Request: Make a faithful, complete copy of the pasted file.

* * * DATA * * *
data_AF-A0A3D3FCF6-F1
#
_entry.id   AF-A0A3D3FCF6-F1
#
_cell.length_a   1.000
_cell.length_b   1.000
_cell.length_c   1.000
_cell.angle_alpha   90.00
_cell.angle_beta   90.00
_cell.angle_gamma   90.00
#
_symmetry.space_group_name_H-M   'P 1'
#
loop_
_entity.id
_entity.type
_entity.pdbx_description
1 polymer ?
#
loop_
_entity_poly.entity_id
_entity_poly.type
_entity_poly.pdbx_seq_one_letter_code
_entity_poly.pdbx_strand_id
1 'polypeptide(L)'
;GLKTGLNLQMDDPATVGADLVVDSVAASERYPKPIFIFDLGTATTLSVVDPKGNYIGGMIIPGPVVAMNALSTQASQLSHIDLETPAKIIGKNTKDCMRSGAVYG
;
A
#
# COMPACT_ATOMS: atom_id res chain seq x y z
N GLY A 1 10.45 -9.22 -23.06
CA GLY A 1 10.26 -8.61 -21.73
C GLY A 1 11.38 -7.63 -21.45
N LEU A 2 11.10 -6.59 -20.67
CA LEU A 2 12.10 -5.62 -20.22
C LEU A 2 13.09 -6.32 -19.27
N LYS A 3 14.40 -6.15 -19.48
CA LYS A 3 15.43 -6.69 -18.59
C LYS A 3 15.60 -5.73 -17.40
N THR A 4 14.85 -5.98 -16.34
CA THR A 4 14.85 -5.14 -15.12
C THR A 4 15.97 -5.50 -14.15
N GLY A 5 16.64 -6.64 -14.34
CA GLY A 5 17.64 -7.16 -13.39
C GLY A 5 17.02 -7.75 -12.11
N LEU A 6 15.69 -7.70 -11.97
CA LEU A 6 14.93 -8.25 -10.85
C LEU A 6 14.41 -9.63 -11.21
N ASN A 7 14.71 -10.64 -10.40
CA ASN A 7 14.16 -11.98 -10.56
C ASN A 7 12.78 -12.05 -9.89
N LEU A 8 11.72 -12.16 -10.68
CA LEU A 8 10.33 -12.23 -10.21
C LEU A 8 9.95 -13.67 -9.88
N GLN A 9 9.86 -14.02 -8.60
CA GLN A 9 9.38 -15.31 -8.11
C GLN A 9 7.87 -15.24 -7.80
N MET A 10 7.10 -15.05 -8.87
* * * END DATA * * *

data_AF-A0A3D3FCF6-F1
#
_entry.id   AF-A0A3D3FCF6-F1
#
_cell.length_a   1.000
_cell.length_b   1.000
_cell.length_c   1.000
_cell.angle_alpha   90.00
_cell.angle_beta   90.00
_cell.angle_gamma   90.00
#
_symmetry.space_group_name_H-M   'P 1'
#
loop_
_entity.id
_entity.type
_entity.pdbx_description
1 polymer ?
#
loop_
_entity_poly.entity_id
_entity_poly.type
_entity_poly.pdbx_seq_one_letter_code
_entity_poly.pdbx_strand_id
1 'polypeptide(L)'
;GLKTGLNLQMDDPATVGADLVVDSVAASERYPKPIFIFDLGTATTLSVVDPKGNYIGGMIIPGPVVAMNALSTQASQLSHIDLETPAKIIGKNTKDCMRSGAVYG
;
A
#
# COMPACT_ATOMS: atom_id res chain seq x y z
N GLY A 1 10.45 -9.22 -23.06
CA GLY A 1 10.26 -8.61 -21.73
C GLY A 1 11.38 -7.63 -21.45
N LEU A 2 11.10 -6.59 -20.67
CA LEU A 2 12.10 -5.62 -20.22
C LEU A 2 13.09 -6.32 -19.27
N LYS A 3 14.40 -6.15 -19.48
CA LYS A 3 15.43 -6.69 -18.59
C LYS A 3 15.60 -5.73 -17.40
N THR A 4 14.85 -5.98 -16.34
CA THR A 4 14.85 -5.14 -15.12
C THR A 4 15.97 -5.50 -14.15
N GLY A 5 16.64 -6.64 -14.34
CA GLY A 5 17.64 -7.16 -13.39
C GLY A 5 17.02 -7.75 -12.11
N LEU A 6 15.69 -7.70 -11.97
CA LEU A 6 14.93 -8.25 -10.85
C LEU A 6 14.41 -9.63 -11.21
N ASN A 7 14.71 -10.64 -10.40
CA ASN A 7 14.16 -11.98 -10.56
C ASN A 7 12.78 -12.05 -9.89
N LEU A 8 11.72 -12.16 -10.68
CA LEU A 8 10.33 -12.23 -10.21
C LEU A 8 9.95 -13.67 -9.88
N GLN A 9 9.86 -14.02 -8.60
CA GLN A 9 9.38 -15.31 -8.11
C GLN A 9 7.87 -15.24 -7.80
N MET A 10 7.10 -15.05 -8.87